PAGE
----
Desirazu N. Rao
Ph.D.: Indian Institute of Science, Bangalore, India
National Institutes of Health, USA, Biozentrum, Switzerland, University of Cambridge, U.K.
Year of Joining: 1989
We study DNA-Protein interactions using Helicobacter pylori Restriction-Modification enzymes and Neisseria gonorrhoea DNA Mismatch Repair proteins as model systems.
Helicobacter pylori strains are rich in Restriction- Modification (R-M) systems and several genes encoding these R-M systems are strain specific. These systems are vital in the balance between genetic diversity and genomic integrity of this pathogen. DNA methyltransferases epigenetically regulate the expression of many genes through the precise epigenetic marking of certain cytosines or adenines with a methyl group.
Research from our laboratory has shown that deletion of an orphan cytosine C5 DNA methylase in H. pylori strains alters the expression of genes involved in motility, adhesion and virulence. A few H. pylori strains harbor a single N4 cytosine methyltransferase which generates an m4C signal on DNA. Recent work from our laboratory revealed the role of m4C modification by deleting the gene in H. pylori 26695. Upon the loss of m4C modification, a total of 102 genes belonging to virulence, ribosome assembly and cellular components were differentially expressed. Our study provides the first evidence that m4C signal acts as a global epigenetic regulator in H.pylori.
N6-adenine methylases modify the adenine to generate an m6A epigenetic signal. We have shown that a phase-variable N6 adenine DNA methylase in H. pylori is highly conserved in all known strains. The expression of the active protein in a strain is dependent on the phase variation status at a homopolymeric repeat locus within the gene. Preliminary results suggest that the methylation status dictated by this protein in H. pylori 26695 is important for outer membrane function and stress-response.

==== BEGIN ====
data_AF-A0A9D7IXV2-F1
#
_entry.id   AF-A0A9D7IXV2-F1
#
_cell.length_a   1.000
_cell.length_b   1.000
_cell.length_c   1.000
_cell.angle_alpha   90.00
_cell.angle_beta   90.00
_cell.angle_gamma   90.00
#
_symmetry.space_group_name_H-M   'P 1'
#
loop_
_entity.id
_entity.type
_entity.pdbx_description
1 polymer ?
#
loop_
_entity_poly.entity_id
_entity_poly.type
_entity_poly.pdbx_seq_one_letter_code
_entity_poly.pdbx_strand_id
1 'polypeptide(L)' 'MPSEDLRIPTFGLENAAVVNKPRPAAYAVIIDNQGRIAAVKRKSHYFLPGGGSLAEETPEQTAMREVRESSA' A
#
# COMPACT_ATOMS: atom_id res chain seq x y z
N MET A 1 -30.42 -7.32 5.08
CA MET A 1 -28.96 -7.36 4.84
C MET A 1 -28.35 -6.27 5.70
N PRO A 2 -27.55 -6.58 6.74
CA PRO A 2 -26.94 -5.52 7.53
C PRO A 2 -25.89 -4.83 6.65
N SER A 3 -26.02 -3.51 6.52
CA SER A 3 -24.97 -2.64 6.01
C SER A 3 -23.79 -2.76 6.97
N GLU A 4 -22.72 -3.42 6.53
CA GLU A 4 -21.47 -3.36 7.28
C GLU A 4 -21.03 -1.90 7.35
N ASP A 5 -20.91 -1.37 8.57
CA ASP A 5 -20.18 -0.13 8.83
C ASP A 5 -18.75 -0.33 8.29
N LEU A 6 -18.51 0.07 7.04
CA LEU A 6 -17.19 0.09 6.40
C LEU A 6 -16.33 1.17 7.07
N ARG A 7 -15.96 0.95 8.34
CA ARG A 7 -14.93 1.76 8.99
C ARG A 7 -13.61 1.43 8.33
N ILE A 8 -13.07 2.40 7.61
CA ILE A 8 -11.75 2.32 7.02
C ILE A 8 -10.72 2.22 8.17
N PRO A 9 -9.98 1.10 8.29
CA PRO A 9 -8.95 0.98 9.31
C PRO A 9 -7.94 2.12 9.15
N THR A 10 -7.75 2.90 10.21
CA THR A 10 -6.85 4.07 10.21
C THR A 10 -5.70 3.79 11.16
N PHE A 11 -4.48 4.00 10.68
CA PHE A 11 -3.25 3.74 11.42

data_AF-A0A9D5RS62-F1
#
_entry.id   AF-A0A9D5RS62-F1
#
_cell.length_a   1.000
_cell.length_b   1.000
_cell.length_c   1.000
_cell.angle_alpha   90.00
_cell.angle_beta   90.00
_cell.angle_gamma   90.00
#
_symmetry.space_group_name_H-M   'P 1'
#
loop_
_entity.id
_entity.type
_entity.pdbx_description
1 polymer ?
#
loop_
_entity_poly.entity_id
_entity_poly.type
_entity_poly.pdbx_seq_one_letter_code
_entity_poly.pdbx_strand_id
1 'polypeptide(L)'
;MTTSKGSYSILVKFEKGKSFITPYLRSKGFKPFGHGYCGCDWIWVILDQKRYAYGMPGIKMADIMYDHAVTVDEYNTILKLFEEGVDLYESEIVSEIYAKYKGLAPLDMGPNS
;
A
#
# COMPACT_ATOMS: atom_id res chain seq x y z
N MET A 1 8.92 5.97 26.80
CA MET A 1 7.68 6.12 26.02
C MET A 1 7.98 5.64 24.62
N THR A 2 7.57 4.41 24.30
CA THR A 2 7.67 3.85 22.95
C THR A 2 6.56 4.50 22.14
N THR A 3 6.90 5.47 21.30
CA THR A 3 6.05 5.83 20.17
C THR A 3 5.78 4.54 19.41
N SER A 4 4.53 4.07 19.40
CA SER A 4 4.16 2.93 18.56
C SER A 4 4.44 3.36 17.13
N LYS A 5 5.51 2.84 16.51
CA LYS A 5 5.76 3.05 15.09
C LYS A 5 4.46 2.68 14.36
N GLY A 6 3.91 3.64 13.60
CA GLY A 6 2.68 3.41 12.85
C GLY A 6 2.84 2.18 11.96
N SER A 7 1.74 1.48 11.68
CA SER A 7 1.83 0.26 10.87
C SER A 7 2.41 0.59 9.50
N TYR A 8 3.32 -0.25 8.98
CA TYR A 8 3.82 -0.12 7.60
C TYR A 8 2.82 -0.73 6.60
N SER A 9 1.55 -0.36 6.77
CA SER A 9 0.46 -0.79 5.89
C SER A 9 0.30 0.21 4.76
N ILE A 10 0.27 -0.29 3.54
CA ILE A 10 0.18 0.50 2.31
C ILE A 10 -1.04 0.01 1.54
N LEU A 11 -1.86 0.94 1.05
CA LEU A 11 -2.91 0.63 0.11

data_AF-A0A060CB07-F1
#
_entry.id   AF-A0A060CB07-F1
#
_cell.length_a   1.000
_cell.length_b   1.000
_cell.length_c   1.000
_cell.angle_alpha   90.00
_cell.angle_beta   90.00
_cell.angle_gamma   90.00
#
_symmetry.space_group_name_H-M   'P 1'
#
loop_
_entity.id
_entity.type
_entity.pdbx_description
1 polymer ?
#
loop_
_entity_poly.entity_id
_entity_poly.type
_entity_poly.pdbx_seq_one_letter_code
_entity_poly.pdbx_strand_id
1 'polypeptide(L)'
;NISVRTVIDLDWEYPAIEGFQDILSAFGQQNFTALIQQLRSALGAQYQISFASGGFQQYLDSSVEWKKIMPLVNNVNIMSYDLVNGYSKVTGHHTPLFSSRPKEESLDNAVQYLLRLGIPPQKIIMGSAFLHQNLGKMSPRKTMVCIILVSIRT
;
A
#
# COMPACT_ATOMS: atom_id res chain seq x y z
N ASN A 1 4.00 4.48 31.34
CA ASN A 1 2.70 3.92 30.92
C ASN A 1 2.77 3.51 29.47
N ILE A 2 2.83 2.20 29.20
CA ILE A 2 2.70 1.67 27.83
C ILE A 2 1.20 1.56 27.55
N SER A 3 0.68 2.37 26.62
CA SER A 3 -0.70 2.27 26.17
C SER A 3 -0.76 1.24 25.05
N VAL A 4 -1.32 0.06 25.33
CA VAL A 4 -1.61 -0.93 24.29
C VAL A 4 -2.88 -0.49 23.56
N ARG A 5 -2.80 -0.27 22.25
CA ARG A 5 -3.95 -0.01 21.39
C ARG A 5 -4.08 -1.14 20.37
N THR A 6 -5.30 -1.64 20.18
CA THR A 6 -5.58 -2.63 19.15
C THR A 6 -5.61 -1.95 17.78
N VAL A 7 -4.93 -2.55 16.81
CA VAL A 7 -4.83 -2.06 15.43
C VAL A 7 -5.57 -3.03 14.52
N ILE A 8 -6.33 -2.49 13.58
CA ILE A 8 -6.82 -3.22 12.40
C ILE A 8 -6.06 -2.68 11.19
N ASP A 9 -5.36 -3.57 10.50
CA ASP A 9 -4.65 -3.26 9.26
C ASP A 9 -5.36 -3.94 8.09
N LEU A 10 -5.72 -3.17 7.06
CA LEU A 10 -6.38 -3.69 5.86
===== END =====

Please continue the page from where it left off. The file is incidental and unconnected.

Topological homeostasis is maintained in the cells by incorporation or removal of supercoils to alleviate the strain on the DNA. Topoisomerases are ubiquitous molecular scissors whose characteristic property is to preserve the DNA topology during various cellular processes. A regulatory role of H. pylori topoisomerases in altering DNA supercoiling and thus controlling gene expression has not been studied. The essentiality of the two topoisomerases in H. pylori makes them druggable targets to circumvent infection. Work from our lab explores Topoisomerase I function via extensive biochemical characterization. We have revealed that topoisomerase I has features that is different from homologues in other bacteria, pathogenic or otherwise. We have elucidated the roles of the amino terminal Toprim domain and carboxyl terminal zinc finger motifs in DNA binding and enzyme catalysis. We believe the compact genome of H. pylori may have led to a directed evolution pathway by which a smaller topoI enzyme, the C-terminal domain alone, is capable of catalysis.
Although recent evidence suggests that acetylated proteins broadly impact cellular functions in prokaryotes, the substrates and localization of this modification in H. pylori or N. gonorrhoeae remain widely unknown. We compared the acetylome profile of various H. pylori strains using anti-acetylated lysine antibody. There was a prominent acetylation in each strain as well as significance difference between their acetylation patterns. Sequence analysis of known protein acetyltransferases from different bacteria against H. pylori 26695 genome identified Hp0935 as a putative protein N-acetyltransferase. Crystal structure of Hp0935 shows that it has GNAT fold. HpDprA (DNA processing protein A) and M1.HpyAVI were found to be acetylated by Hp0935 (enzymatically) as well as non-enzymatically in-vitro. These findings suggest a potential role of acetylation in H. pylori competency.
The mismatch repair (MMR) system maintains the integrity of the genome primarily by removing any non-Watson Crick base pairs that arise due to mis-incorporation during replication. N. gonorrhoeae does not possess any homologs of MutH and therefore the strategy utilized for strand discrimination and creation of a nick in the daughter strand to initiate MMR will be different in this organism. The structure of the C-terminal domain of N. gonorrhoeae MutL solved (in collaboration with Deepak Nair’s lab at RCB, Faridabad) showed that the protein exists in the form of an elongated inverted homodimer that presents each active site on the lateral faces of the molecule. UvrD helicase is another integral component of the MMR pathway. However, we have recently demonstrated that N. gonorrhoeae UvrD can unwind G-quadraplex structures and may have an important role in phase variation of Type IV pilus system in this organism which contains a G-rich region that can form G-quadraplex structures.
Ph.D. Students 3